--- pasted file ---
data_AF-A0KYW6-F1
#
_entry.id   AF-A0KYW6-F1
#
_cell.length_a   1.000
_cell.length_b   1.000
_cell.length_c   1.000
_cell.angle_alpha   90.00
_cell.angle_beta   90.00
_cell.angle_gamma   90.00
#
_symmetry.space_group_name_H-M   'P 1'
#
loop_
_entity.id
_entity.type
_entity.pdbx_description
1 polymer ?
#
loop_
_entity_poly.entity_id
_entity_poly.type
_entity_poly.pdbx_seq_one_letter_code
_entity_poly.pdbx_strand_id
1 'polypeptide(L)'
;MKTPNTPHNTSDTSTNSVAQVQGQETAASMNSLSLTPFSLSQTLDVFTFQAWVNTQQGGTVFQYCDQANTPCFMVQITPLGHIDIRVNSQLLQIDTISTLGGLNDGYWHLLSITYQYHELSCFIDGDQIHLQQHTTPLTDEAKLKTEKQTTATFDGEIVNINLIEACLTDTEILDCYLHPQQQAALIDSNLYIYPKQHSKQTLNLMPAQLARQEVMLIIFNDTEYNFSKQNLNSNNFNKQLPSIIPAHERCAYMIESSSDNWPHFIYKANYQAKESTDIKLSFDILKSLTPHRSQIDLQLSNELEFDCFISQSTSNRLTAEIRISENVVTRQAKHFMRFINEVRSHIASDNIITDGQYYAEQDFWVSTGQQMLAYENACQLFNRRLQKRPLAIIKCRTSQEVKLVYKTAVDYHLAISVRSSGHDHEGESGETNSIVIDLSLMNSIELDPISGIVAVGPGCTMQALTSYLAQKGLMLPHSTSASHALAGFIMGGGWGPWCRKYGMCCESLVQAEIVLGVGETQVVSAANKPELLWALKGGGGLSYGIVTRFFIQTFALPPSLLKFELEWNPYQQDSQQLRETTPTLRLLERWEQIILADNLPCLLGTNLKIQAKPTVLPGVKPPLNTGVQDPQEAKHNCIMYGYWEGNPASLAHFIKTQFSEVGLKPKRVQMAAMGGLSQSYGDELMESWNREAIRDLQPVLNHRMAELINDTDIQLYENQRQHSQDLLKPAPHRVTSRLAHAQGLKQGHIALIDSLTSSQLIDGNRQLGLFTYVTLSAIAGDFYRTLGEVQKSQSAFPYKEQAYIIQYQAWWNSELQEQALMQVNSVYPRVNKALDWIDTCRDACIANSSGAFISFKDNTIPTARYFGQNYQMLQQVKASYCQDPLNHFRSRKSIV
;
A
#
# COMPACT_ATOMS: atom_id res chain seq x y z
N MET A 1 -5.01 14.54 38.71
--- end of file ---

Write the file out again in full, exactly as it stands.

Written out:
data_AF-A0KYW6-F1
#
_entry.id   AF-A0KYW6-F1
#
_cell.length_a   1.000
_cell.length_b   1.000
_cell.length_c   1.000
_cell.angle_alpha   90.00
_cell.angle_beta   90.00
_cell.angle_gamma   90.00
#
_symmetry.space_group_name_H-M   'P 1'
#
loop_
_entity.id
_entity.type
_entity.pdbx_description
1 polymer ?
#
loop_
_entity_poly.entity_id
_entity_poly.type
_entity_poly.pdbx_seq_one_letter_code
_entity_poly.pdbx_strand_id
1 'polypeptide(L)'
;MKTPNTPHNTSDTSTNSVAQVQGQETAASMNSLSLTPFSLSQTLDVFTFQAWVNTQQGGTVFQYCDQANTPCFMVQITPLGHIDIRVNSQLLQIDTISTLGGLNDGYWHLLSITYQYHELSCFIDGDQIHLQQHTTPLTDEAKLKTEKQTTATFDGEIVNINLIEACLTDTEILDCYLHPQQQAALIDSNLYIYPKQHSKQTLNLMPAQLARQEVMLIIFNDTEYNFSKQNLNSNNFNKQLPSIIPAHERCAYMIESSSDNWPHFIYKANYQAKESTDIKLSFDILKSLTPHRSQIDLQLSNELEFDCFISQSTSNRLTAEIRISENVVTRQAKHFMRFINEVRSHIASDNIITDGQYYAEQDFWVSTGQQMLAYENACQLFNRRLQKRPLAIIKCRTSQEVKLVYKTAVDYHLAISVRSSGHDHEGESGETNSIVIDLSLMNSIELDPISGIVAVGPGCTMQALTSYLAQKGLMLPHSTSASHALAGFIMGGGWGPWCRKYGMCCESLVQAEIVLGVGETQVVSAANKPELLWALKGGGGLSYGIVTRFFIQTFALPPSLLKFELEWNPYQQDSQQLRETTPTLRLLERWEQIILADNLPCLLGTNLKIQAKPTVLPGVKPPLNTGVQDPQEAKHNCIMYGYWEGNPASLAHFIKTQFSEVGLKPKRVQMAAMGGLSQSYGDELMESWNREAIRDLQPVLNHRMAELINDTDIQLYENQRQHSQDLLKPAPHRVTSRLAHAQGLKQGHIALIDSLTSSQLIDGNRQLGLFTYVTLSAIAGDFYRTLGEVQKSQSAFPYKEQAYIIQYQAWWNSELQEQALMQVNSVYPRVNKALDWIDTCRDACIANSSGAFISFKDNTIPTARYFGQNYQMLQQVKASYCQDPLNHFRSRKSIV
;
A
#
# COMPACT_ATOMS: atom_id res chain seq x y z
N MET A 1 -5.01 14.54 38.71